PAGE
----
Physiological characteristics of dysphagia following thermal burn injury

Rumbach, Anna F., Ward, Elizabeth C., Cornwell, Petrea L., Bassett, Lynell V. and Muller, Michael J. (2012) Physiological characteristics of dysphagia following thermal burn injury. Dysphagia, 27 3: 370-383. doi:10.1007/s00455-011-9376-7

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Author Rumbach, Anna F.
Ward, Elizabeth C.
Cornwell, Petrea L.
Bassett, Lynell V.
Muller, Michael J.
Title Physiological characteristics of dysphagia following thermal burn injury
Journal name Dysphagia   Check publisher's open access policy
ISSN 0179-051X
1432-0460
Publication date 2012
Year available 2011
Sub-type Article (original research)
DOI 10.1007/s00455-011-9376-7
Open Access Status File (Author Post-print)
Volume 27
Issue 3
Start page 370
End page 383
Total pages 14
Place of publication New York, NY, United States
Publisher Springer
Collection year 2012
Language eng
Formatted abstract
The study aim was to document the acute physiological characteristics of swallowing impairment following thermal burn injury. A series of 19 participants admitted to a specialised burn centre with thermal burn injury were identified with suspected aspiration risk by a clinical swallow examination (CSE) conducted by a speech-language pathologist and referred to the study. Once medically stable, each then underwent more detailed assessment using both a CSE and fiberoptic evaluation of swallowing (FEES). FEES confirmed six individuals (32%) had no aspiration risk and were excluded from further analyses. Of the remaining 13, CSE confirmed that two had specific oral-phase deficits due to orofacial scarring and contractures, and all 13 had generalised oromotor weakness. FEES revealed numerous pharyngeal-phase deficits, with the major findings evident in greater than 50% being impaired secretion management, laryngotracheal edema, delayed swallow initiation, impaired sensation, inadequate movement of structures within the hypopharynx and larynx, and diffuse pharyngeal residue. Penetration and/or aspiration occurred in 83% (n = 10/12) of thin fluids trials, with a lack of response to the penetration/aspiration noted in 50% (n = 6/12 penetration aspiration events) of the cases. Most events occurred post swallow. Findings support the fact that individuals with dysphagia post thermal burn present with multiple risk factors for aspiration that appear predominantly related to generalised weakness and inefficiency and further impacted by edema and sensory impairments. Generalised oromotor weakness and orofacial contractures (when present) impact oral-stage swallow function. This study has identified a range of factors that may contribute to both oral- and pharyngeal-stage dysfunction in this clinical population and has highlighted the importance of using a combination of clinical and instrumental assessments to fully understand the influence of burn injury on oral intake and swallowing.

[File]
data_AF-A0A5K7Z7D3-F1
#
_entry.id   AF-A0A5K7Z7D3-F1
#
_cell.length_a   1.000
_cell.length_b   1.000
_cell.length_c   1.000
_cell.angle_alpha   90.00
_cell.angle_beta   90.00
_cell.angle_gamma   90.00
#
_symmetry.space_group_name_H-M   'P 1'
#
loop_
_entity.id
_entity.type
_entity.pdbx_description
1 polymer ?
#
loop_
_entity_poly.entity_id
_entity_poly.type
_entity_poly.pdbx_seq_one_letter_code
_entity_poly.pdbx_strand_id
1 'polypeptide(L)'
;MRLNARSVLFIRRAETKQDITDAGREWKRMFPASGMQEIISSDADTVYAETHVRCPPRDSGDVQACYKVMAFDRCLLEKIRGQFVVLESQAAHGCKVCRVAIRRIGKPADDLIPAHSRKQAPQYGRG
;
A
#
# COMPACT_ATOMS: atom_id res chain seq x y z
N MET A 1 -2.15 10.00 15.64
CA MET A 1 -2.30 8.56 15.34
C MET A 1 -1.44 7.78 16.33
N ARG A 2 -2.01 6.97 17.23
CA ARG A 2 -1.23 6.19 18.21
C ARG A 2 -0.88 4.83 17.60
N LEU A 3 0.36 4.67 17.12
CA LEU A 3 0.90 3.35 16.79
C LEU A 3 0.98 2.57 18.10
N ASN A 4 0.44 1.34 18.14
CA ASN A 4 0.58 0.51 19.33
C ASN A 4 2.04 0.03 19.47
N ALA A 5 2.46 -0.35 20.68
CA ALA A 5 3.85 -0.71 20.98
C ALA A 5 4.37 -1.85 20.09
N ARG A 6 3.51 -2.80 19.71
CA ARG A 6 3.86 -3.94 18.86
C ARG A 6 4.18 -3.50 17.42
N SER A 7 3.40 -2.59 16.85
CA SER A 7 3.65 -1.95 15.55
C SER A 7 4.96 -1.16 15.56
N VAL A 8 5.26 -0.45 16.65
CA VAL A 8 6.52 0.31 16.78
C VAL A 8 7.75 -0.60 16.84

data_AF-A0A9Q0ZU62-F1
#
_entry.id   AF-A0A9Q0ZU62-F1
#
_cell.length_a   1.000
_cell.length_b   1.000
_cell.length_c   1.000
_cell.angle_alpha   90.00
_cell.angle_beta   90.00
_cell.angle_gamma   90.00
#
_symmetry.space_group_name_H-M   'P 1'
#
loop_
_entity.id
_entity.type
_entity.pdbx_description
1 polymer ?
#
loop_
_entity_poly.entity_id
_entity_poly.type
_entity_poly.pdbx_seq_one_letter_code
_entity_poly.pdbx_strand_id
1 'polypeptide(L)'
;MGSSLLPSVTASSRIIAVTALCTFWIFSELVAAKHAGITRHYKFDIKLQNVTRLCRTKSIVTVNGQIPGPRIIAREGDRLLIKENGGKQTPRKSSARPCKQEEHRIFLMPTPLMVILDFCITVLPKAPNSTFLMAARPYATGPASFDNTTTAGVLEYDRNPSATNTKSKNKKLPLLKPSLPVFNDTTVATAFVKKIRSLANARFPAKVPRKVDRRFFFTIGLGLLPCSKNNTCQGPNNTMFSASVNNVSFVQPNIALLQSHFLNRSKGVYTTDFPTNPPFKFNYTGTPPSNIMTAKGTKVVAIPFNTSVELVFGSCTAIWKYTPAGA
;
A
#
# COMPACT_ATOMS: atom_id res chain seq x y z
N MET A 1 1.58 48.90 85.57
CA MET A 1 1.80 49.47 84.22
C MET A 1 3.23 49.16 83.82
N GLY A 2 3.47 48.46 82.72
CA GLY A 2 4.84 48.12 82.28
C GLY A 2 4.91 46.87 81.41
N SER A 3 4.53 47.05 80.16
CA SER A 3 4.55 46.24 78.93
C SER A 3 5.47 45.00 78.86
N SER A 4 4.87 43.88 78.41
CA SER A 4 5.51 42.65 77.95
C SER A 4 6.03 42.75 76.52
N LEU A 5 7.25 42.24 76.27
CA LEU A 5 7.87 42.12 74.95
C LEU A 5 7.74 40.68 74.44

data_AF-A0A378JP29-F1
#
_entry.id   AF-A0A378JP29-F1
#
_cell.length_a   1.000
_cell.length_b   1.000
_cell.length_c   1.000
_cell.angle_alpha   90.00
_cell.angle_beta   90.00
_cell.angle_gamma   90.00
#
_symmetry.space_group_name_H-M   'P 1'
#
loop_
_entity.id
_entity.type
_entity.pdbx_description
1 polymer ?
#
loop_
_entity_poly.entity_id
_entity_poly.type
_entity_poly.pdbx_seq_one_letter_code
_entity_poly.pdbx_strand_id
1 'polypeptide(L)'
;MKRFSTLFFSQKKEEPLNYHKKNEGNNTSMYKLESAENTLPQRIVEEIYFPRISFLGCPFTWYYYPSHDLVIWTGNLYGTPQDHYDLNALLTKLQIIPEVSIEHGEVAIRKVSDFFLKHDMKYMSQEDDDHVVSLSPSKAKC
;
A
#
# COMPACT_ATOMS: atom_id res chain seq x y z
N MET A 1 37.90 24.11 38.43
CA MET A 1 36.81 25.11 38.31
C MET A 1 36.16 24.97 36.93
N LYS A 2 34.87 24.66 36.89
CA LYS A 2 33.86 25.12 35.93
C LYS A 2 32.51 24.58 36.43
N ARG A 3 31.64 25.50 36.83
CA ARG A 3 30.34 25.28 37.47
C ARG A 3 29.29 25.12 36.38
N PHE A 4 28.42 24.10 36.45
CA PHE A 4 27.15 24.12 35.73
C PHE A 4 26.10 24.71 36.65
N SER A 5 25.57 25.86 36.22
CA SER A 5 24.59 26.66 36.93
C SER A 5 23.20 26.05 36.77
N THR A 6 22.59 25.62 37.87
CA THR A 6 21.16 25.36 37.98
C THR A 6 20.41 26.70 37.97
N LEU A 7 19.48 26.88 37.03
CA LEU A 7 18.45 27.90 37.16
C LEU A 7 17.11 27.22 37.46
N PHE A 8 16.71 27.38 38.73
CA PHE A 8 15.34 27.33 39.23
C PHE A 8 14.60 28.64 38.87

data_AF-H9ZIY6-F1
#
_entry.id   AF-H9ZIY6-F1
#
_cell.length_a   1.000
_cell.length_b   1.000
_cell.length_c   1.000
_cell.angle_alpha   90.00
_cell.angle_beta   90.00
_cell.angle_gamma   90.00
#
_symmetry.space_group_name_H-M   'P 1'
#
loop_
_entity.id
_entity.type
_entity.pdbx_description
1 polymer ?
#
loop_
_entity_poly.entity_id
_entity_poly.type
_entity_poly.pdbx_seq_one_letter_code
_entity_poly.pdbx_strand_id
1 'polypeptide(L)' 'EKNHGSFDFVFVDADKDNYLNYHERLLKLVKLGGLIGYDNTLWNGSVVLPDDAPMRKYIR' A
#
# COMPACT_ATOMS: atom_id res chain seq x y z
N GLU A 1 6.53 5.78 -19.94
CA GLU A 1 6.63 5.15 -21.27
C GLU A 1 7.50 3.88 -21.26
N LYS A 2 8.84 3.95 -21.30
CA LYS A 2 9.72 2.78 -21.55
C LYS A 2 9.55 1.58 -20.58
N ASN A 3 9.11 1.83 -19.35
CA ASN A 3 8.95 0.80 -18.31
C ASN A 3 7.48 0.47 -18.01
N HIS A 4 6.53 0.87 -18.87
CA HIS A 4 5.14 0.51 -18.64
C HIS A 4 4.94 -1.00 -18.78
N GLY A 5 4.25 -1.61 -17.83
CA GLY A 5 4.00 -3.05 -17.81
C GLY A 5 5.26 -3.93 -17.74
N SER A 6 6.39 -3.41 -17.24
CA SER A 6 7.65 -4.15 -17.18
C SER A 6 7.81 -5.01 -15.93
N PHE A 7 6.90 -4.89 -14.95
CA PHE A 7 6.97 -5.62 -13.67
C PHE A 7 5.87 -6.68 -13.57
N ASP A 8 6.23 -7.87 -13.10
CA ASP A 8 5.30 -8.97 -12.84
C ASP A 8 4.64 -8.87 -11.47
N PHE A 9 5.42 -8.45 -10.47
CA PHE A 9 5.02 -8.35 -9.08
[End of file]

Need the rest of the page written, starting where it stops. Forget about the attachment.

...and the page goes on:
Keyword Deglutition
Deglutition disorders
Fiberoptic endoscopic evaluation of swallowing
Acute dysphagia
Burn injury
Swallowing
Q-Index Code C1
Q-Index Status Confirmed Code
Institutional Status UQ
Additional Notes Published online: 23 November 2011

Document type: Journal Article
Sub-type: Article (original research)
Collections: Official 2012 Collection
School of Health and Rehabilitation Sciences Publications
School of Medicine Publications
 
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Citation counts: TR Web of Science Citation Count  Cited 4 times in Thomson Reuters Web of Science Article | Citations
Scopus Citation Count Cited 6 times in Scopus Article | Citations
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Created: Thu, 22 Mar 2012, 11:55:54 EST by Professor Elizabeth Ward on behalf of Speech Pathology and Audiology